★★★★★ for Fortuna Sworn by K.J. Sutton

As a sleepyhead that I am, it had been longer than I remember since the last time I purposely delayed my bedtime schedule just for the sake of finishing a good book. Two months of being forced to stay at home have slightly messed up my sleep schedule, though I don't often sleep at one past midnight let alone two. That being said, I'm calling yesterday an exception: it's approximately 01:40 in the morning and I was still wide awake much to my surprise. With only about 100 pages left to read, I found it very hard to resist (when the need to reach the ending is greater than the need to sleep, you know what to do) hence I finally managed to finish Fortuna Sworn by K.J. Sutton not long after.

This dark paranormal fantasy book follows the story of a Nightmare called Fortuna Sworn who lives among humans while tries to blend in by working in a bar called Bea's. Nightmare is a creature that can taste fear with a single touch and Fortuna is unfortunately the last of her kind. Much to her dismay the latter case occurs as her brother has gone missing for about two years, which explains why Fortuna instantly jumps on the opportunity when a mysterious Fae called Collith promises her that he will bring her to her brother in return for something big.

From the beginning, I had found Fortuna admirable ever since she proved herself a badass as well as witty. In addition to that, she's also bold, brave, powerful, and thus very interesting to get to know (even her thought alone was a wonder). Since I always have a thing for strong female leads with unique approaches in terms of handling their vulnerability, I considered Fortuna exactly whom I hoped she would be. Though to be honest, I was hoping that she could at least make a friend or two in the Unseelie Court, preferably female ones.

Unlike the fact that Fortuna's personality progressed believably in this book, other characters left me with mixed feelings instead. But don't get me wrong, I actually adored Collith, Laurie, Oliver, and even Lyari. It's just that all along I was very eager to find out something more about them, which was why I was beyond grateful that there's a sequel to this book. Sutton skilfully painted Laurie as grey and complex which was quite intoxicating as a combinationit's clear why he came out as a personal favorite of mine. As for Fortuna's brother Damon, he was portrayed unexpectedly though I still wasn't a big fan. Still and all, I had been swooning over the chemistry between Fortuna and Collith the whole time. Their slow-burn romance was killing me all through the book and I couldn't help but recite my hope so they could end up together sooner or later.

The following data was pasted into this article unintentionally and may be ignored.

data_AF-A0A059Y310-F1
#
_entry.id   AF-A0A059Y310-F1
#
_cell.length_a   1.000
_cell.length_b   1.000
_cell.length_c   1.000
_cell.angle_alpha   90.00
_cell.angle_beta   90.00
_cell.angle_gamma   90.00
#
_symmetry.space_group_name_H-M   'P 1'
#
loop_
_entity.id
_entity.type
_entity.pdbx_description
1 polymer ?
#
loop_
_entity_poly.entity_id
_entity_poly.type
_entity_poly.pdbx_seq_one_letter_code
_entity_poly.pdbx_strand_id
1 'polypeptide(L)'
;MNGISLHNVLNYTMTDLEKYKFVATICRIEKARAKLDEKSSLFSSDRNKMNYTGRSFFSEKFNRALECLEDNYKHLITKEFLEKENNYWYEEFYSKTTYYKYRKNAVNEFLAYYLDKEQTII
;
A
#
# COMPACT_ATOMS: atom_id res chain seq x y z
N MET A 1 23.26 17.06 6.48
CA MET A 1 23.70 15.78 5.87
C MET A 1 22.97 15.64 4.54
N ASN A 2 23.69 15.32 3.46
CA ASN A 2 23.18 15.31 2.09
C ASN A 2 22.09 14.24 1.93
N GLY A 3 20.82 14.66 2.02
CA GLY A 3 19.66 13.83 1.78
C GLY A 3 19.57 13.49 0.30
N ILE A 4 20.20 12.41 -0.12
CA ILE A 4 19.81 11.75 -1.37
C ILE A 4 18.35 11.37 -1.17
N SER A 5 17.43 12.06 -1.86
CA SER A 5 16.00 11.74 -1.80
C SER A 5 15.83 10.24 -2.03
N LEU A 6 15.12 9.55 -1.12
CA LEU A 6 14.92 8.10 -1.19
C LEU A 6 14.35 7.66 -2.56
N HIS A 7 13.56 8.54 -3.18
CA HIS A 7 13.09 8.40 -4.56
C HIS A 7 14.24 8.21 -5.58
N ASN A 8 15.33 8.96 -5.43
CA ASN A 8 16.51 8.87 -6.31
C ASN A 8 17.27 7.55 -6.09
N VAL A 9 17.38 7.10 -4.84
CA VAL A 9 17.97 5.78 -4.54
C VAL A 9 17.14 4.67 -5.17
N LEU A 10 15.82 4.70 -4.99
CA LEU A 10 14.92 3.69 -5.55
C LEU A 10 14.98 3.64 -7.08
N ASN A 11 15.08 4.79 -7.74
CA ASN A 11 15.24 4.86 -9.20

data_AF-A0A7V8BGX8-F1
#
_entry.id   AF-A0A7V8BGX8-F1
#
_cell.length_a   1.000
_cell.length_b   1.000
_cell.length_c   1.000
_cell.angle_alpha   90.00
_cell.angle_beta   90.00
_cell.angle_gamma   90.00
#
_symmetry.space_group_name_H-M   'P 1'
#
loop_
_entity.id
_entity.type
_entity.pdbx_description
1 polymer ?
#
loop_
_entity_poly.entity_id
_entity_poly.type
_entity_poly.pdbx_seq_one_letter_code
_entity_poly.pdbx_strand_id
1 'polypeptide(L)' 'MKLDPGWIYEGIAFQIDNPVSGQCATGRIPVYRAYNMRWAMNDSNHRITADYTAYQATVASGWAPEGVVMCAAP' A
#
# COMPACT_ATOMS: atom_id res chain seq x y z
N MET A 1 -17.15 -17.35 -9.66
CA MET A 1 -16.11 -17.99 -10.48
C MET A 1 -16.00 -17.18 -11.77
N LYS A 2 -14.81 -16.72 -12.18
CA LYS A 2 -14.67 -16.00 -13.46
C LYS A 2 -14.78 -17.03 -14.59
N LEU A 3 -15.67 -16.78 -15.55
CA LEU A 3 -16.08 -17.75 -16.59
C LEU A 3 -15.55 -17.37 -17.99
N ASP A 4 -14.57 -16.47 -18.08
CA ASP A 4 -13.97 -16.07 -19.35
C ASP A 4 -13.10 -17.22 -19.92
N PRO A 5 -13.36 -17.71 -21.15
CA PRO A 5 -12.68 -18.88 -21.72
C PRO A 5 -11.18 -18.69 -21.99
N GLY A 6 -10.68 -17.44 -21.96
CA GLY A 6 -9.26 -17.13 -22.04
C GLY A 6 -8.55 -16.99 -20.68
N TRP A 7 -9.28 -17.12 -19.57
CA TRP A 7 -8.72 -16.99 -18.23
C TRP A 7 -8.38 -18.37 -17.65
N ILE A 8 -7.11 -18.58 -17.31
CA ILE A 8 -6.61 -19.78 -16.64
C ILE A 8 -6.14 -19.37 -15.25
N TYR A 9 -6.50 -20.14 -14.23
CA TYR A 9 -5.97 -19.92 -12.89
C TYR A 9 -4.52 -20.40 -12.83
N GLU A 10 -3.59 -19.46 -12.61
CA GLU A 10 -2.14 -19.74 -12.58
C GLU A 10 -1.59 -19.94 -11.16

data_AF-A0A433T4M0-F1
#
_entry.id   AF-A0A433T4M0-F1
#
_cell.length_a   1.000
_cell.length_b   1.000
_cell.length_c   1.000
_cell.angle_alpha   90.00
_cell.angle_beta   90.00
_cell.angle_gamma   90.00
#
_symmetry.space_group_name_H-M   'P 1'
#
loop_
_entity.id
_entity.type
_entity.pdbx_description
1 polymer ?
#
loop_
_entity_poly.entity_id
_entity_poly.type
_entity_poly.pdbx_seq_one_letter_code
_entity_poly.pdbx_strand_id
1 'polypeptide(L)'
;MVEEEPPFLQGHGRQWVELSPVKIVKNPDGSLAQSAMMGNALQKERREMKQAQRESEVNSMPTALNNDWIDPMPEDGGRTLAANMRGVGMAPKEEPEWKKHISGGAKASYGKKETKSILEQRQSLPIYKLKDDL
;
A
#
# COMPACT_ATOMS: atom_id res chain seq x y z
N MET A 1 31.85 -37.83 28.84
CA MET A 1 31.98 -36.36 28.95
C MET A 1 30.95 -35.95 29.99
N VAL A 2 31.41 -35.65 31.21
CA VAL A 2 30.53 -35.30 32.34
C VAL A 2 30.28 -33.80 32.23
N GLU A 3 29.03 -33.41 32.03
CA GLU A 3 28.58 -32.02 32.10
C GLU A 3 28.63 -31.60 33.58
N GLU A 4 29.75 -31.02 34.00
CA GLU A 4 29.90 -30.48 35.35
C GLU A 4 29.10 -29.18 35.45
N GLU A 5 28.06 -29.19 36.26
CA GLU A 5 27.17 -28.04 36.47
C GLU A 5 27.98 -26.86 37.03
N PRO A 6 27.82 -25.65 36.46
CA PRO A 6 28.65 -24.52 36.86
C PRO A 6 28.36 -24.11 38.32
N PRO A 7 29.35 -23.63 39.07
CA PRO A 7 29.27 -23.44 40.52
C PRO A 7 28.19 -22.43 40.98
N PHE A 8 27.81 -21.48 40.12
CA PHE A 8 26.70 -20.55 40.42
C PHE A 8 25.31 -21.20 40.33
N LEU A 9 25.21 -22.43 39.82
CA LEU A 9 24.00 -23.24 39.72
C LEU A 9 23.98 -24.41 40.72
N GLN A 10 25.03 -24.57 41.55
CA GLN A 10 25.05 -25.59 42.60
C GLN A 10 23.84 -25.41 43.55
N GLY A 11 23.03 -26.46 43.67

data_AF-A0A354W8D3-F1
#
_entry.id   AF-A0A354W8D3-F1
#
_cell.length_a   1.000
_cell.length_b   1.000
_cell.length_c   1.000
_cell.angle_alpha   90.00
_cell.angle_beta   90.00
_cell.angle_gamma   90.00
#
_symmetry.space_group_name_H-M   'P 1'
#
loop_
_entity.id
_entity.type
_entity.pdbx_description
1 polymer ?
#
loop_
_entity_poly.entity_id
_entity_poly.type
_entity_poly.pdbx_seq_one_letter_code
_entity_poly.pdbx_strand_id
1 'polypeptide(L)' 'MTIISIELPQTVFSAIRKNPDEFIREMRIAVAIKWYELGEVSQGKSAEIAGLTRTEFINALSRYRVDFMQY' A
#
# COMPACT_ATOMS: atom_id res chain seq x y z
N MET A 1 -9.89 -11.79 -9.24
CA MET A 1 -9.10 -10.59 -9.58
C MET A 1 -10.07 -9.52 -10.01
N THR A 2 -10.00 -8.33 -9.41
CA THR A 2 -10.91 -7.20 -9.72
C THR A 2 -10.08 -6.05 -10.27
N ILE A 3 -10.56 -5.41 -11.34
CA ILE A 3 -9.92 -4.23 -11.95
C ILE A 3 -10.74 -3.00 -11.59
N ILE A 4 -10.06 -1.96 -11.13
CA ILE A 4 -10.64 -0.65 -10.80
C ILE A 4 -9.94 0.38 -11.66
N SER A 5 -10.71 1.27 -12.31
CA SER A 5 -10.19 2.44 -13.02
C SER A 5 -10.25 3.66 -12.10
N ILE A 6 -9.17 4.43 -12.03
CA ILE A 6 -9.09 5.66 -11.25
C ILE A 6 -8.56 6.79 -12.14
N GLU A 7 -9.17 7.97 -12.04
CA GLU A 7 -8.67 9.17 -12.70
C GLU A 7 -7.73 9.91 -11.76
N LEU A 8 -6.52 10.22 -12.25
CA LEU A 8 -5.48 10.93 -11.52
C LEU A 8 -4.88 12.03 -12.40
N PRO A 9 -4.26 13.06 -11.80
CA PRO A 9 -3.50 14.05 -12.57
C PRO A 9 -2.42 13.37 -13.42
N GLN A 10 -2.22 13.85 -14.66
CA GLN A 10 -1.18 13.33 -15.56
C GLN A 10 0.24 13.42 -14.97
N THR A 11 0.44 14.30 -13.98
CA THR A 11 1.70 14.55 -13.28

Fortuna Sworn was overall a fast-paced book and thereby very gripping and quite action-packed. With seemingly thousands of faeries living in the court, the plot was dark and the conflict appeared to progress significantly and more challenging throughout the end. I especially loved the twist that took time in the last few chapters: it was unlooked for but quite a revelation. I won't say who or which, but it made me even more excited to dive into the sequel just to get to know a particular character more.

My review almost comes to its end but I still have some unanswered questions in the hope to know this book better (I would probably find out the answers in the sequel or instead I missed a certain explanation in this bookno matter what, skip this part if you haven't read Fortuna Sworn yet):

Question number 1: Beginning, it was mentioned that Laurie helped Fortuna dress and put on some makeups. He even went as far as to give her a bone-something dress and brush her face orange for an early meeting with Damon. Major spoiler alert, Laurie turned out to be visible only to Fortuna. Why didn't Collith find it strange that Fortuna managed to dress and look like a Fae with no one he knew helping her?
Question number 2: When the second trial began, Fortuna was ordered to find a door to the outside world without the help of any creature. However, Fortuna ended up getting some help from a human named Shameek. Shameek was later punished not only for his betrayal but also for his once attempt to poison a Fae. Considering this as cheating, why didn't Fortuna face any consequence? I believe seeing him tortured was already quite a punishment for her, but shouldn't The Tounge do something more considering how she had consciously broken the trial's only rule?

Despite my thirst for answers, I would say that I enjoyed this book so much. Sutton's writing style was very beautiful in addition to easy to visualize. I could easily talk about Fortuna Sworn all day because regardless of the fact that it's dark it fit my longing for a good fantasy book really well. I was also impressed by the concept of Fallen Angels and the mentions of some other mystical creatures such as Death Bringer, Werewolf, and Leviathan (which reminded me of Voyage of The Frostheart by Jamie Littler). 

If you're a fan of Sarah J. Maas' A Court of Thorns and Roses or a big fan of Faes in general, I think Fortuna Sworn is made for you too. Last but not least, I want to thank Kelsey for sending me a copy of this wonderful book along with the sequel. Believe me I'm more than grateful for the opportunity to read and review this wonderful work of hers.